I’m been watching all the classic Doctor Who episodes, starting with the first episode that aired in November, 1963. I’m now on Season 18. And it started with something totally unexpected: a new theme. It’s an electronic version of the Ron Grainer theme. I’m a little disappointed by it. I had changed my ringtone to the original theme back in February, and now that electronic abomination is on my TV.
The starry background with the flashing lights were a shock to the system, too. You can tell this season aired during the days of disco.
The Doctor got a new outfit, too. Still an overcoat and oversized scarf, but this is the burgundy-colored outfit. And, a question mark was introduced to The Doctor’s wardrobe, on his collar. And, of course, at the end of Season 18, we get a new Doctor, as Tom Baker leaves the show.
Three new companions are introduced during the season, and Romana and K-9 part company with The Doctor. Behind the scenes, Lalla Ward (Romana) left the show while living with Tom Baker. They married in December 1980, around the time her character was written out of the show. They divorced 16 months later. It wasn’t pretty.
The season had seven 4-episode serials for a total of 28 episodes. And it was the lowest-rated season in the history of the franchise. One episode ranked 170th for the week in the UK. Part of the low ratings was due to the rise of ITV in the UK. An American import, Buck Rogers in the 25th Century aired opposite Doctor Who.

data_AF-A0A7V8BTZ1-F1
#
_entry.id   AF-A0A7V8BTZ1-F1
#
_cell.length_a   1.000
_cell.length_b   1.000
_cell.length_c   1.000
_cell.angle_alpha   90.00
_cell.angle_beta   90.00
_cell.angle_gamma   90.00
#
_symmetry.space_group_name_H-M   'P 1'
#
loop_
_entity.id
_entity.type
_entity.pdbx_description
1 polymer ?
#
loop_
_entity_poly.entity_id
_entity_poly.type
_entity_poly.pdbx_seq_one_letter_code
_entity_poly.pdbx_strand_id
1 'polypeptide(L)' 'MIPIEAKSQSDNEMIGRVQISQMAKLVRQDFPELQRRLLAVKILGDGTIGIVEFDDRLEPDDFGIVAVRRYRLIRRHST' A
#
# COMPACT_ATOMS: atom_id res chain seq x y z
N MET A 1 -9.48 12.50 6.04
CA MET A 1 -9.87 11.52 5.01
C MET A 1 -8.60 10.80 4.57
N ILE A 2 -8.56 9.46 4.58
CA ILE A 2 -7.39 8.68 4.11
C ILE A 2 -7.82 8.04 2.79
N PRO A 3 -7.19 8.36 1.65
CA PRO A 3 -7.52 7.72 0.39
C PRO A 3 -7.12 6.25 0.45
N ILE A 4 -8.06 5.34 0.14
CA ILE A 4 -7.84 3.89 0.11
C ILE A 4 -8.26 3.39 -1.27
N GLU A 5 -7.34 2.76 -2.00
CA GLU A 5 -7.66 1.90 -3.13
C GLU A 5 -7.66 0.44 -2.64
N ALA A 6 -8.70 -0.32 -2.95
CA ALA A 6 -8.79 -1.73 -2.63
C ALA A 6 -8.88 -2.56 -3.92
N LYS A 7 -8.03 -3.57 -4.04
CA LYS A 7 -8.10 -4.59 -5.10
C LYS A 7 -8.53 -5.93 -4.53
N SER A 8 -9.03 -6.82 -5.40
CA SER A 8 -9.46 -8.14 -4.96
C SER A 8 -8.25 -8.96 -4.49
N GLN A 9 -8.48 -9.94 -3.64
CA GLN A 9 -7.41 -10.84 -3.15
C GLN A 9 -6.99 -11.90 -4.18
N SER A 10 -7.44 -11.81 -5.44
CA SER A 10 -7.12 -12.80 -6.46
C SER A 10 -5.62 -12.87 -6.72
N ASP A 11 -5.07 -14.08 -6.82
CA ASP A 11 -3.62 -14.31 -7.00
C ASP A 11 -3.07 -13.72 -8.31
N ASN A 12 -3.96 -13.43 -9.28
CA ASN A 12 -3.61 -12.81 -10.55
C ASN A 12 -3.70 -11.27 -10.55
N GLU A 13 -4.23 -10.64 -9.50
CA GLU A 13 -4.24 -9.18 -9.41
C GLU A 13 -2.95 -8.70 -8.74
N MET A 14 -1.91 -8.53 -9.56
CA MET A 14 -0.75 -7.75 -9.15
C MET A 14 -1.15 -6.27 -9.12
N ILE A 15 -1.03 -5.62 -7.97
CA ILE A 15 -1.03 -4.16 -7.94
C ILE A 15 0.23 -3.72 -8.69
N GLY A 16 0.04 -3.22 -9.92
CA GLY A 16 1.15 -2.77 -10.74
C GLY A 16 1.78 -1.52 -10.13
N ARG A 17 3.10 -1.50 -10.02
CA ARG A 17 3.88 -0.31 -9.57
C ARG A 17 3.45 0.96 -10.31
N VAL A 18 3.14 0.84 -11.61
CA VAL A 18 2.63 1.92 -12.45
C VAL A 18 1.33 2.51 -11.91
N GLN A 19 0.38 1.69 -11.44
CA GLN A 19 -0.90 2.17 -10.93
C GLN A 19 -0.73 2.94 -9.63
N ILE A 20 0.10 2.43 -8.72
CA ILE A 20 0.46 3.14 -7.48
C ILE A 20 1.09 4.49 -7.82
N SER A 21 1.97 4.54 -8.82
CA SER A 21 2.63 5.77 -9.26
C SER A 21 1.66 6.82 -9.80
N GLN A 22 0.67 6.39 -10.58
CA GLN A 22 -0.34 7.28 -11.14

The second serial of the season, Meglos (4 episodes), featured the return of Jacqueline Hill, who played Barbara Wright, a companion of of The Doctor (William Hartnell) in the show’s first two seasons. She played a different character, with no connection to the 1960s British schoolteacher character. She wasn’t the villain in the serial; she saved Romana’s life by sacrificing hers. The villain was … a cactus. Seriously. Which kind of explains the show’s low ratings during the season.
They did make the catcus capable of taking on other forms, including that of The Doctor. That allowed Tom Baker to play both the hero and the villain, as William Hartnell (in Season Three’s The Massacre of St Bartholomew’s Eve) and Patrick Troughton (in Season Five’s The Enemy of the World) had done before.
Besides seeing Jaqueline Hill again, the other highlight of the serial was seeing one of the characters kick K-9. Bill Fraser, who played General Grugger, agreed to play the role only if he got to kick K-9. The show runners agreed. It was great.
Full Circle (4 episodes) introduced a new character, Adric (Matthew Waterhouse), to
the show. He’s from an alternate universe called E-Space. At the end of the serial, he stows away aboard the TARDIS. The Doctor and Romana don’t find out until half-way through the next serial.
State of Decay (4 episodes) was a much-delayed serial. This story, or an early version of it, was set to open Season 15. BBC canceled the story when they decided they didn’t want any vampire story taking away from their major production of Dracula they aired that year. Now, three seasons later, the story was reworked into the story of The Doctor’s and Romana’s travels into E-Space. As, when originally scripted, The Doctor only had a single companion (Leela, at the time), the second companion, Adric, had little to do in the story. It seems like he was an afterthought … because he wasn’t thought of to start with.